Fiji's interim cabinet has endorsed changes to some laws covering the leasing of indigenous land in isolated, unplanned or unsurveyed areas outside settled areas.
The changes mean that leases on such land can now be issued for 90 years instead of the previous 50 years.
Land lease laws are entrenched legislation under Fiji's constitution and very difficult to change unless approved by large majorities in both houses of parliament, including senators appointed by the Great Council of Chiefs.
But the interim minister for Fijian affairs, Ratu Epeli Ganilau, says the current changes in regulations were made in accordance with a section of the Native Land Trust Act which requires cabinet approval only.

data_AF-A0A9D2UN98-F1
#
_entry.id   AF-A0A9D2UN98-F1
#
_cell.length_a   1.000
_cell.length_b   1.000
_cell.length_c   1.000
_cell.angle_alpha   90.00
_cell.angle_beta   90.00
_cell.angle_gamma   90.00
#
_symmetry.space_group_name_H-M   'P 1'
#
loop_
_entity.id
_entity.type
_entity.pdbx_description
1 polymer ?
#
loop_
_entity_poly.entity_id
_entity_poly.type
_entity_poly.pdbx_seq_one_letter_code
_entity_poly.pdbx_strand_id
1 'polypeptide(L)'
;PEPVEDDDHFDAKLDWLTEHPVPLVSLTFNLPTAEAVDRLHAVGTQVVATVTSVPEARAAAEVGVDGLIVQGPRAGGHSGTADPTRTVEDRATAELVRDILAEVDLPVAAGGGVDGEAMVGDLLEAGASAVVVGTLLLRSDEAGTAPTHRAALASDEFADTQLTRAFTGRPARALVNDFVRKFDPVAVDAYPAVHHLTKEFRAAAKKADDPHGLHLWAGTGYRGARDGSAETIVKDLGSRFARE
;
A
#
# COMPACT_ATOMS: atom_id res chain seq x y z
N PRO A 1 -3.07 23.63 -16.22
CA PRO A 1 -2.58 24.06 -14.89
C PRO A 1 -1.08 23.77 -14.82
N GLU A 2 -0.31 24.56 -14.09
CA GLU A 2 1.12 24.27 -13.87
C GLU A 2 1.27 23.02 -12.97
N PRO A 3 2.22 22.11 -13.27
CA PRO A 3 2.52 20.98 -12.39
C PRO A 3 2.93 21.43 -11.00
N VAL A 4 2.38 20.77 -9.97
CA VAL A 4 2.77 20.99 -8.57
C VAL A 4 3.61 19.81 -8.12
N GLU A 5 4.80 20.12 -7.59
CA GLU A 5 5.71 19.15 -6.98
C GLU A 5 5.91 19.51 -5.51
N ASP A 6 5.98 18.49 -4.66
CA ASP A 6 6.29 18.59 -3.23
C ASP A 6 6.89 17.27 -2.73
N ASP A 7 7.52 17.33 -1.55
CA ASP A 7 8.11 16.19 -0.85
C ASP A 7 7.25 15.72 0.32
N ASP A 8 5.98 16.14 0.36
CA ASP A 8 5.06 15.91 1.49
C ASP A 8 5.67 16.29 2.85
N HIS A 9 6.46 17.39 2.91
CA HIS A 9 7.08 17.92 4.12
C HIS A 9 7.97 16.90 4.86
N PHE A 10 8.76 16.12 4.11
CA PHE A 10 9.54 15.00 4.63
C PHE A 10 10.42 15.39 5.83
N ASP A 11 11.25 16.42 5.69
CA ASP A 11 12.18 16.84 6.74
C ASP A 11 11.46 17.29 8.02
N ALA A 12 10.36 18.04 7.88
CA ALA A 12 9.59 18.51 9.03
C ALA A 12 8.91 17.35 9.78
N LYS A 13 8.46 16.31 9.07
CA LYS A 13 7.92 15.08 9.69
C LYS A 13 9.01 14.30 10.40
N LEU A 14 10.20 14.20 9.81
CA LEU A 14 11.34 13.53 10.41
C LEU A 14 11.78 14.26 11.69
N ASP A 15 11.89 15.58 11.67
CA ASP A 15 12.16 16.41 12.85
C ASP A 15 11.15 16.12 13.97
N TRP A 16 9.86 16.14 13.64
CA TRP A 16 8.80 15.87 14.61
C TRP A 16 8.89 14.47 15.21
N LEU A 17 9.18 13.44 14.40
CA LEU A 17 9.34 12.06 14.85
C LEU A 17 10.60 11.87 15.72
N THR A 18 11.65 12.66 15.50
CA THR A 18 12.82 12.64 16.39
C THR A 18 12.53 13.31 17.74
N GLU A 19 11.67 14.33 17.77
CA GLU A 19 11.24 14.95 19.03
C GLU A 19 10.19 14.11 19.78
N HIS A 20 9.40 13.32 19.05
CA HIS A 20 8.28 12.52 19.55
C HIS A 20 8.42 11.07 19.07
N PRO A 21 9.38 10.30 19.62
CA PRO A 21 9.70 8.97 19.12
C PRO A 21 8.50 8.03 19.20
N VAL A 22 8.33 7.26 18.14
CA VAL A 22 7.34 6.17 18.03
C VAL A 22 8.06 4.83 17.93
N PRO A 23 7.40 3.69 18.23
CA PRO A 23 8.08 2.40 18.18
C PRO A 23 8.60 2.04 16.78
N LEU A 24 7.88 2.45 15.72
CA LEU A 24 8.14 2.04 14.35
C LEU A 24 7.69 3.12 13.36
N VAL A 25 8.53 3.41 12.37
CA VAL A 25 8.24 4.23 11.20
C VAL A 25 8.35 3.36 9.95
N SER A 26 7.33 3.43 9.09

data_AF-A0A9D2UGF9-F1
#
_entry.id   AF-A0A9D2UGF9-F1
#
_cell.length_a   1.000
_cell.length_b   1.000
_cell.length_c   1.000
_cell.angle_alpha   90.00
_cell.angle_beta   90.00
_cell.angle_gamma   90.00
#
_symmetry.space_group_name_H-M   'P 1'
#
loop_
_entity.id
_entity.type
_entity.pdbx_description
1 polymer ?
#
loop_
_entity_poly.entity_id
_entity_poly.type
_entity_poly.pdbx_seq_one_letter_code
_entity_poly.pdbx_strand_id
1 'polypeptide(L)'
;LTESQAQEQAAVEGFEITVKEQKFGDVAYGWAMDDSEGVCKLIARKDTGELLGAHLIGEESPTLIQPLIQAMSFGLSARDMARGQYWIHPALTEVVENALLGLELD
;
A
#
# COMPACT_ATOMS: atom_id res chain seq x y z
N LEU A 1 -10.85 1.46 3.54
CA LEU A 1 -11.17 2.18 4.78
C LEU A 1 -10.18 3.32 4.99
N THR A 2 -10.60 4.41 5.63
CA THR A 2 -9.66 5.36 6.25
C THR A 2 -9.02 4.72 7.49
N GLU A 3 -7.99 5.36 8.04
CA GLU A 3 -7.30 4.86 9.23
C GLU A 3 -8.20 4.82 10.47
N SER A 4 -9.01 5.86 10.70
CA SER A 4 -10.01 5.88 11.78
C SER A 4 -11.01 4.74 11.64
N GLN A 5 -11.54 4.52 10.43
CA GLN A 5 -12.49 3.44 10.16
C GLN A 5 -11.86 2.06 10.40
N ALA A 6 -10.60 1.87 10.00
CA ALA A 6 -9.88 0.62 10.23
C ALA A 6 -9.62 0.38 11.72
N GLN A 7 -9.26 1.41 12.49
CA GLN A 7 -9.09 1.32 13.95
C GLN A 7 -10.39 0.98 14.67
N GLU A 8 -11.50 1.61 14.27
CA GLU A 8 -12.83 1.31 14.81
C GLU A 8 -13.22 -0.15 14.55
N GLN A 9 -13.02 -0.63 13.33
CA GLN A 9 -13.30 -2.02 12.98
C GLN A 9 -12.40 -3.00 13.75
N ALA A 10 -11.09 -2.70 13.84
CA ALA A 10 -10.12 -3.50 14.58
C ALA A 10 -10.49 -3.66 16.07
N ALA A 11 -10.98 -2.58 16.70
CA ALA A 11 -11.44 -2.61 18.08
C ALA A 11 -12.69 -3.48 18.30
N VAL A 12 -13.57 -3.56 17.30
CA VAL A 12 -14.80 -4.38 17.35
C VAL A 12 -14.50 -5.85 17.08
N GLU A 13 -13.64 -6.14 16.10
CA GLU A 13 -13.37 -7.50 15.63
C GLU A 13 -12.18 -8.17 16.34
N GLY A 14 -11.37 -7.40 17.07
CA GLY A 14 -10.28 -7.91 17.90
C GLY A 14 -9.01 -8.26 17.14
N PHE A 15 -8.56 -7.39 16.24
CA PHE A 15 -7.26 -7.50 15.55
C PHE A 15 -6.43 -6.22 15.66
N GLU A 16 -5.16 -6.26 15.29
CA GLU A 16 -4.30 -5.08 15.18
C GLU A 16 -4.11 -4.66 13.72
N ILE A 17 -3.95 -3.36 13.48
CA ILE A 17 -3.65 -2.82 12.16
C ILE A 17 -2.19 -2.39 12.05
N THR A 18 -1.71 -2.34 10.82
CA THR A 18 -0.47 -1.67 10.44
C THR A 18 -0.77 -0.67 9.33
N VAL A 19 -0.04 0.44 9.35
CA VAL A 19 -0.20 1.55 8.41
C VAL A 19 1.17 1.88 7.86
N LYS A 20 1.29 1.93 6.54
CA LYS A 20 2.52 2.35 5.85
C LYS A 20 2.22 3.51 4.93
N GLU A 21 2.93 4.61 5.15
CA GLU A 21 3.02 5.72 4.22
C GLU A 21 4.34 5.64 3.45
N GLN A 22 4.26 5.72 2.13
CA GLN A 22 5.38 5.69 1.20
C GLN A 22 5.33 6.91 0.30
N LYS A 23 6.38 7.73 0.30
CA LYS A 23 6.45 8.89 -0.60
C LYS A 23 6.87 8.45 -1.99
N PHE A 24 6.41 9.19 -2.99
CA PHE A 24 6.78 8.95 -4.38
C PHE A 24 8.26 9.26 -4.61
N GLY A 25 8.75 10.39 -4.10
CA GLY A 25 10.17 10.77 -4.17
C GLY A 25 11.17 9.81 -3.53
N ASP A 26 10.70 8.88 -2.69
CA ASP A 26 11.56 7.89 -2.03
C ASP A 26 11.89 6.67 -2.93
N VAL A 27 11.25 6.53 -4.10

Ratu Epeli says leasing any land regardless of the lease period would still require consultation and the consensus of its indigenous owners.
He says long term leases will allow continuity of rental income for landowners who will benefit from receiving market rentals from industries such as poultry, dairy farming, forestry and commercial agriculture.
Expiring sugar cane leases, which have led to a 35% fall in cane production, are not covered by the new changes.